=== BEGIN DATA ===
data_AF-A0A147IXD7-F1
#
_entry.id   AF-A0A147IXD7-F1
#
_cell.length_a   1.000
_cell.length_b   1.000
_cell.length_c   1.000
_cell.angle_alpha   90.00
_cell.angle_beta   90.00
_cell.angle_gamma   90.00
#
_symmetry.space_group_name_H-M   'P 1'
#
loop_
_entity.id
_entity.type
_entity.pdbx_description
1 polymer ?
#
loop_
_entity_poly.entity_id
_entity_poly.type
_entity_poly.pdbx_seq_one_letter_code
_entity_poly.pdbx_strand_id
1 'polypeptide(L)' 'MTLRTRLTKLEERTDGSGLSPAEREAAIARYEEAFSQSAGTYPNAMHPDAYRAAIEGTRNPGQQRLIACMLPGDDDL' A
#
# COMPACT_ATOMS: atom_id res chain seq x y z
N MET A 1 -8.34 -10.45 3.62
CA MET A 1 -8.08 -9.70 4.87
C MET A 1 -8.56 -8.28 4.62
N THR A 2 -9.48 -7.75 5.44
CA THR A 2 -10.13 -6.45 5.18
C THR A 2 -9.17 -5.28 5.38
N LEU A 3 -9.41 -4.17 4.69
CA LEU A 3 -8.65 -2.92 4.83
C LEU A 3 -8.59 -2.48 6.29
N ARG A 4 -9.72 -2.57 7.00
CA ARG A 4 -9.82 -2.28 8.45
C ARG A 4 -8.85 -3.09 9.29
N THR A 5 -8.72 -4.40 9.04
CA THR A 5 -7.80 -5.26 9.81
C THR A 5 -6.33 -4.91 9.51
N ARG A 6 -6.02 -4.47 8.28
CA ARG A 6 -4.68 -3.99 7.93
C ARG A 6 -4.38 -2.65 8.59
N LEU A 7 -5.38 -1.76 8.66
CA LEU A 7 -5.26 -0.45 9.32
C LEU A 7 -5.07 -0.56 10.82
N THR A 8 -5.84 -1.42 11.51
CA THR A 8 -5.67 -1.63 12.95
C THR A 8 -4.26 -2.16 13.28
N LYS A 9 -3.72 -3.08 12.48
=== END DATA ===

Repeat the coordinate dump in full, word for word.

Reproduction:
data_AF-A0A147IXD7-F1
#
_entry.id   AF-A0A147IXD7-F1
#
_cell.length_a   1.000
_cell.length_b   1.000
_cell.length_c   1.000
_cell.angle_alpha   90.00
_cell.angle_beta   90.00
_cell.angle_gamma   90.00
#
_symmetry.space_group_name_H-M   'P 1'
#
loop_
_entity.id
_entity.type
_entity.pdbx_description
1 polymer ?
#
loop_
_entity_poly.entity_id
_entity_poly.type
_entity_poly.pdbx_seq_one_letter_code
_entity_poly.pdbx_strand_id
1 'polypeptide(L)' 'MTLRTRLTKLEERTDGSGLSPAEREAAIARYEEAFSQSAGTYPNAMHPDAYRAAIEGTRNPGQQRLIACMLPGDDDL' A
#
# COMPACT_ATOMS: atom_id res chain seq x y z
N MET A 1 -8.34 -10.45 3.62
CA MET A 1 -8.08 -9.70 4.87
C MET A 1 -8.56 -8.28 4.62
N THR A 2 -9.48 -7.75 5.44
CA THR A 2 -10.13 -6.45 5.18
C THR A 2 -9.17 -5.28 5.38
N LEU A 3 -9.41 -4.17 4.69
CA LEU A 3 -8.65 -2.92 4.83
C LEU A 3 -8.59 -2.48 6.29
N ARG A 4 -9.72 -2.57 7.00
CA ARG A 4 -9.82 -2.28 8.45
C ARG A 4 -8.85 -3.09 9.29
N THR A 5 -8.72 -4.40 9.04
CA THR A 5 -7.80 -5.26 9.81
C THR A 5 -6.33 -4.91 9.51
N ARG A 6 -6.02 -4.47 8.28
CA ARG A 6 -4.68 -3.99 7.93
C ARG A 6 -4.38 -2.65 8.59
N LEU A 7 -5.38 -1.76 8.66
CA LEU A 7 -5.26 -0.45 9.32
C LEU A 7 -5.07 -0.56 10.82
N THR A 8 -5.84 -1.42 11.51
CA THR A 8 -5.67 -1.63 12.95
C THR A 8 -4.26 -2.16 13.28
N LYS A 9 -3.72 -3.08 12.48